Domestic dogs display empathic response to distress in humans

June 7, 2012, Goldsmiths, University of London

(Phys.org) -- Research from Goldsmiths, University of London suggests domestic dogs express empathic behaviour when confronted with humans in distress.

Dr Deborah Custance and Jennifer Mayer, both from the Department of Psychology, developed an innovative procedure to examine if could identify and respond to states in humans.

Eighteen , spanning a range of ages and breeds, were exposed to four separate 20-second experimental conditions in which either the dog's owner or an unfamiliar person pretended to cry, hummed in an odd manner, or carried out a casual conversation.

The dogs demonstrated behaviours consistent with an expression of empathic concern. Significantly more dogs looked at, approached and touched the humans as they were crying as opposed to humming, and no dogs responded during talking. The majority of dogs in the study responded to the crying person in a submissive manner consistent with empathic concern and comfort-offering.

"The humming was designed to be a relatively novel behaviour, which might be likely to pique the dogs' curiosity. The fact that the dogs differentiated between crying and humming indicates that their response to crying was not purely driven by ," explained Dr Custance. "Rather, the crying carried greater emotional meaning for the dogs and provoked a stronger overall response than either humming or talking."

The study also found that the dogs responded to the person who was crying regardless of whether it was their owner or the unfamiliar person: "If the dogs' approaches during the crying condition were motivated by self-oriented comfort-seeking, they would be more likely to approach their usual source of comfort, their owner, rather than the ," said Jennifer. "No such preference was found. The approached whoever was crying regardless of their identity. Thus they were responding to the person's emotion, not their own needs, which is suggestive of empathic-like comfort-offering behaviour."

Explore further: Dogs read our intent too: study

More information: The full paper has been published by SpringerLink and can be viewed here. The paper is also available at Goldsmiths Research Online here.

Related Stories

Dogs read our intent too: study

January 5, 2012
Dogs pick up not only on the words we say but also on our intent to communicate with them, according to a report published online in the Cell Press journal Current Biology on January 5.

Recommended for you

Study of learning and memory problems in OCD helps young people unlock potential at school

January 22, 2018
Adolescents with obsessive-compulsive disorder (OCD) have widespread learning and memory problems, according to research published today. The findings have already been used to assist adolescents with OCD obtain the help ...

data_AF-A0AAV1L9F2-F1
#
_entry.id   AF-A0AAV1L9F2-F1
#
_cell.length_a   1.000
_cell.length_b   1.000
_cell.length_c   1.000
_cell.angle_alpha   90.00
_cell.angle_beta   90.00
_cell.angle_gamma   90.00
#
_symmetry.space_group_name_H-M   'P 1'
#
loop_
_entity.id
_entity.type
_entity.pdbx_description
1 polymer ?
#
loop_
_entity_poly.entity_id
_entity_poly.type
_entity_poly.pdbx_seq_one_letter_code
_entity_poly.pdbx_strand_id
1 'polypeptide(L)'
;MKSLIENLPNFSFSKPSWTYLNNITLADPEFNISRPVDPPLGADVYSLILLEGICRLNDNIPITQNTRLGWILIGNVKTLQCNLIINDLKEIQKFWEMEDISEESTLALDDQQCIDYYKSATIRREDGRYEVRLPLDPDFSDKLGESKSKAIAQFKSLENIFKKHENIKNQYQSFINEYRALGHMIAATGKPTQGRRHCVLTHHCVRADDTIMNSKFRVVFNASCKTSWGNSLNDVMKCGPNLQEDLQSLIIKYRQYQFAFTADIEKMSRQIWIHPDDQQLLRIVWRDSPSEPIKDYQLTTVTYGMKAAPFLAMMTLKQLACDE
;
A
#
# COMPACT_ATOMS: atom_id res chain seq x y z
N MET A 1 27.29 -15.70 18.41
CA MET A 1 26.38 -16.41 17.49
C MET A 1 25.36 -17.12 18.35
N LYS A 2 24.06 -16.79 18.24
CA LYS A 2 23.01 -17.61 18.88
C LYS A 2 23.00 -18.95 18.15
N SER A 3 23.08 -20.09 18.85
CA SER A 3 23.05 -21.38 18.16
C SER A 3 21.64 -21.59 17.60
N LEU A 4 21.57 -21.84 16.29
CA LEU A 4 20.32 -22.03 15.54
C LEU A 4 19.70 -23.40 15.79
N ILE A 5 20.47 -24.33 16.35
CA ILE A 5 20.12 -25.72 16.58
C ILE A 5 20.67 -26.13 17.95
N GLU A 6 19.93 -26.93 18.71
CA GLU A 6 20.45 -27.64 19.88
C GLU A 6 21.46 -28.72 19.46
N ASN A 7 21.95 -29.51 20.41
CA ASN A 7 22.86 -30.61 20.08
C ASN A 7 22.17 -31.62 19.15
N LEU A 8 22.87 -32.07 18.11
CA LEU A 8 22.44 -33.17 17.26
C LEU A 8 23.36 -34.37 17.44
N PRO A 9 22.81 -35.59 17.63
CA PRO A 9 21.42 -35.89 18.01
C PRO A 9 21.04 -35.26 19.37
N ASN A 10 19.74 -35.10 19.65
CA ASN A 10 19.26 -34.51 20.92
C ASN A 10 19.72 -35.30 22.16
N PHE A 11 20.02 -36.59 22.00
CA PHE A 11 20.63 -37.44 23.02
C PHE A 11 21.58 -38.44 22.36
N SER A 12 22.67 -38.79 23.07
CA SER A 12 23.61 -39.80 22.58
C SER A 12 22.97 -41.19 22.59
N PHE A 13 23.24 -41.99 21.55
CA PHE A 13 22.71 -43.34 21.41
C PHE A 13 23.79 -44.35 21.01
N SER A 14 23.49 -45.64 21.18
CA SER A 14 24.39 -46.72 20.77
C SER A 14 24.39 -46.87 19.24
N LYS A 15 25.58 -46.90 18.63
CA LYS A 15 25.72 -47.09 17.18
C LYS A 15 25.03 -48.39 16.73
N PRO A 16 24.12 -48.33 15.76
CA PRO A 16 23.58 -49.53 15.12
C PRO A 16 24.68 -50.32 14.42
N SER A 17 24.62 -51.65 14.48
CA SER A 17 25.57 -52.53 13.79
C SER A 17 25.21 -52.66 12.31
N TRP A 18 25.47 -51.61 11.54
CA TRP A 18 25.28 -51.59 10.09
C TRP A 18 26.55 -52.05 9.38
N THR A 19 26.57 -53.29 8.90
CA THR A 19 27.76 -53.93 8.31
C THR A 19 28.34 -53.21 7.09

Intensive behavior therapy no better than conventional support in treating teenagers with antisocial behavior

January 19, 2018
Research led by UCL has found that intensive and costly multisystemic therapy is no better than conventional therapy in treating teenagers with moderate to severe antisocial behaviour.

Babies' babbling betters brains, language

January 18, 2018
Babies are adept at getting what they need - including an education. New research shows that babies organize mothers' verbal responses, which promotes more effective language instruction, and infant babbling is the key.

College branding makes beer more salient to underage students

January 18, 2018
In recent years, major beer companies have tried to capitalize on the salience of students' university affiliations, unveiling marketing campaigns and products—such as "fan cans," store displays, and billboard ads—that ...

Inherited IQ can increase in early childhood

January 18, 2018
When it comes to intelligence, environment and education matter – more than we think.

Modulating molecules: Study shows oxytocin helps the brain to modulate social signals

January 17, 2018
Between sights, sounds, smells and other senses, the brain is flooded with stimuli on a moment-to-moment basis. How can it sort through the flood of information to decide what is important and what can be relegated to the ...

0 comments

Please sign in to add a comment. Registration is free, and takes less than a minute. Read more

Click here to reset your password.
Sign in to get notified via email when new comments are made.